The Knowledge Keepers Page (and my new online bookstore) originated with my recent post on preserving the good, old books for posterity. I wrote about how we are losing our foundation of knowledge, and with it, the story of western civilization. You can read it here.

The main point of Knowledge Keepers and of my original post is that the preservation of human history must happen with you and me, and it must be in physical books.

Need more encouragement to build your own library?

This page is dedicated to the nitty-gritty of building your own home library by collecting the best books.

How to find the good books

15 Home Library Designs (click for link)

Let’s start with the easy part: how to find the good old books. Some of the really good stuff is still in print, but in most cases, you will need to search out piles of used books. I don’t know whether it’s a good thing or a sad thing, but it’s easy to find stacks of used books in many places, no matter where you live.

Knowledge Keepers Online Store: [COMING APRIL 2019!] I’ve created an online store just for the purpose of helping you stock your home library with the important books of western civilization! My store inventory is a blend of books I’ve scoured and stocked, and will ship straight to you, as well as links to some books I don’t personally carry but that I highly recommend.

Yard sales: Start here because this is where you’ll find some gems for nickels and dimes. Some yard sales have no books, and some have a ton. Estate sales are the best. Look at every title, especially the old, dusty hardbacks.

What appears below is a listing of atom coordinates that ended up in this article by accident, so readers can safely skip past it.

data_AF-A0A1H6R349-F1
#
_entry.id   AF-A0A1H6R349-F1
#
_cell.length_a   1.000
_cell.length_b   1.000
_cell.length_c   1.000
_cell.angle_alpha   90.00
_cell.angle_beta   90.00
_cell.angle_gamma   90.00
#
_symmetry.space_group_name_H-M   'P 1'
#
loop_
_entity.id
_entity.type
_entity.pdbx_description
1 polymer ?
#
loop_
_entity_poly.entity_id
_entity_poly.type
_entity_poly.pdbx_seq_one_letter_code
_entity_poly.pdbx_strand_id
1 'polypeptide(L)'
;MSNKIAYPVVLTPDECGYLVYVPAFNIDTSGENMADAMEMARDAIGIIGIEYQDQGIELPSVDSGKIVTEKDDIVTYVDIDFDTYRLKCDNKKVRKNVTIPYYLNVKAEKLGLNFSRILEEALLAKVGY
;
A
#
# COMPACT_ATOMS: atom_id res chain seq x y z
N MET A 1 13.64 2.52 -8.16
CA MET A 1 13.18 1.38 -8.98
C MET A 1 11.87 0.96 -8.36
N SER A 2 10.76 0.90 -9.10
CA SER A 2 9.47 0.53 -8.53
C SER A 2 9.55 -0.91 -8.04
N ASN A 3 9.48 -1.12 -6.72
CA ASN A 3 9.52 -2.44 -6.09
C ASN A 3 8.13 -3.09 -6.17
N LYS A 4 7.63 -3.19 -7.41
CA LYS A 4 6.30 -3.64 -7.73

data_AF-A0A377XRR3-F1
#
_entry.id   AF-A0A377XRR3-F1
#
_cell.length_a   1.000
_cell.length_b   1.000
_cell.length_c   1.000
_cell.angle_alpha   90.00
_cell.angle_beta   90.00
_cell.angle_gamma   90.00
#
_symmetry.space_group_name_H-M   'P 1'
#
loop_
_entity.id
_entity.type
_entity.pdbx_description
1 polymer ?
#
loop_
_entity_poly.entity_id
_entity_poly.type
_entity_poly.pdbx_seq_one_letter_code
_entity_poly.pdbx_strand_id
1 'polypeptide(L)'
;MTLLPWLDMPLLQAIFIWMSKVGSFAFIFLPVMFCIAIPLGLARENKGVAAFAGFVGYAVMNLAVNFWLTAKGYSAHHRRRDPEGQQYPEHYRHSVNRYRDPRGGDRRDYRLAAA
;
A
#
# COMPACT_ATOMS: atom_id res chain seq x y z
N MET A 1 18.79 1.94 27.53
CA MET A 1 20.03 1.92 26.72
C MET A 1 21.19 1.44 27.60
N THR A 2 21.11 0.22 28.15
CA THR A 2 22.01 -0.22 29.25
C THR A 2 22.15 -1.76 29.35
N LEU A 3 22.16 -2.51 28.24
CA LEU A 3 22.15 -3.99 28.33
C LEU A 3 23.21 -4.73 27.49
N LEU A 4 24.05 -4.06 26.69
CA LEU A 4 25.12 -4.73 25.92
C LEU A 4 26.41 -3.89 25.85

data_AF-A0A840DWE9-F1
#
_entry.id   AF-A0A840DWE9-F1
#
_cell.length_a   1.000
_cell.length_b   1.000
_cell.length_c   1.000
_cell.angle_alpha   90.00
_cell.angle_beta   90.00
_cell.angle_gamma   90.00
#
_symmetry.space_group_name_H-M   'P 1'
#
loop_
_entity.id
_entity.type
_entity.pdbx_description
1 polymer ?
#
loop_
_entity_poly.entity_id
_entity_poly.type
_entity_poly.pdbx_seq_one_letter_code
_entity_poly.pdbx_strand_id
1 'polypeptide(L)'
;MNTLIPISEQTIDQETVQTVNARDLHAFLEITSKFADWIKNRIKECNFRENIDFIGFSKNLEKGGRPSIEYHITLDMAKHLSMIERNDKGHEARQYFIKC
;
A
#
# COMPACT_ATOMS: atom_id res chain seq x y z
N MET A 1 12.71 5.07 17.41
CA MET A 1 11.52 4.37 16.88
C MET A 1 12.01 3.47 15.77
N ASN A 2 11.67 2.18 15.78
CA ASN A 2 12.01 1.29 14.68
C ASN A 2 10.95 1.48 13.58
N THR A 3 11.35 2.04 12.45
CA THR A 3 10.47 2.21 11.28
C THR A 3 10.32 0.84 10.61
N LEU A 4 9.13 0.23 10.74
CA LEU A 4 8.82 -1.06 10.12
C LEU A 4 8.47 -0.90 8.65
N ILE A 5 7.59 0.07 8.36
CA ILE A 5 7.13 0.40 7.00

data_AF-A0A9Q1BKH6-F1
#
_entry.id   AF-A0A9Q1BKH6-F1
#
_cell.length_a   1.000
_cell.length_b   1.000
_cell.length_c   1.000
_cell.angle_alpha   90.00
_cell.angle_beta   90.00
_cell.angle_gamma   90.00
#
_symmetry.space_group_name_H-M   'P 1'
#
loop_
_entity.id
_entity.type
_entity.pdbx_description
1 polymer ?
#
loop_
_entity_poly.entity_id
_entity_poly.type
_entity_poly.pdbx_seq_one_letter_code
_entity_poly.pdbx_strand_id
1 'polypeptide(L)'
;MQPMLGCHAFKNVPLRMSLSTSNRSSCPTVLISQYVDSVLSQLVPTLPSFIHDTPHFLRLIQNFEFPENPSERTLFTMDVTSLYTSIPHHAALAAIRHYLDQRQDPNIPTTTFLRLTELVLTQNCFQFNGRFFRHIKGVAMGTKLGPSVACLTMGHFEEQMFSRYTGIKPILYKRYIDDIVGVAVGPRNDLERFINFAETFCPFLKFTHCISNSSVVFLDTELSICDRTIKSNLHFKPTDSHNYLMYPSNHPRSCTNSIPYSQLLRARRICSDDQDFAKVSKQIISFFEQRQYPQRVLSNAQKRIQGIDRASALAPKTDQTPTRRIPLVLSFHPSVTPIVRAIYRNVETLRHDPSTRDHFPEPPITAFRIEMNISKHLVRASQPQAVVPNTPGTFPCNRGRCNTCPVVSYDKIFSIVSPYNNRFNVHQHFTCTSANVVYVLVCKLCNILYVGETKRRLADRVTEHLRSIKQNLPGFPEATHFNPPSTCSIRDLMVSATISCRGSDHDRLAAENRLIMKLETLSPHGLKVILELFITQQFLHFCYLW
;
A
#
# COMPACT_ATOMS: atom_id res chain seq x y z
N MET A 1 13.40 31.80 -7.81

Thrift stores: Check out the thrift stores in your town. My local shop charges .10 for paperbacks, and up to $1 for hardbacks. I have found some really great stuff by digging through those unorganized bins.

Library book sales: These are typically held as fundraisers for your local library. They consist of books removed from the library (gasp!) as well as donations from local citizens. Library book sales are my absolute favorite way to build our family’s library. I have found complete sets of history books, old hardback classics, and first edition classics this way. You can start your search here.

Used book stores: This is where you’ll find some good stuff, but you’ll probably pay the most, too. That’s okay. Used bookstore prices are still very affordable, and well worth the preservation of information.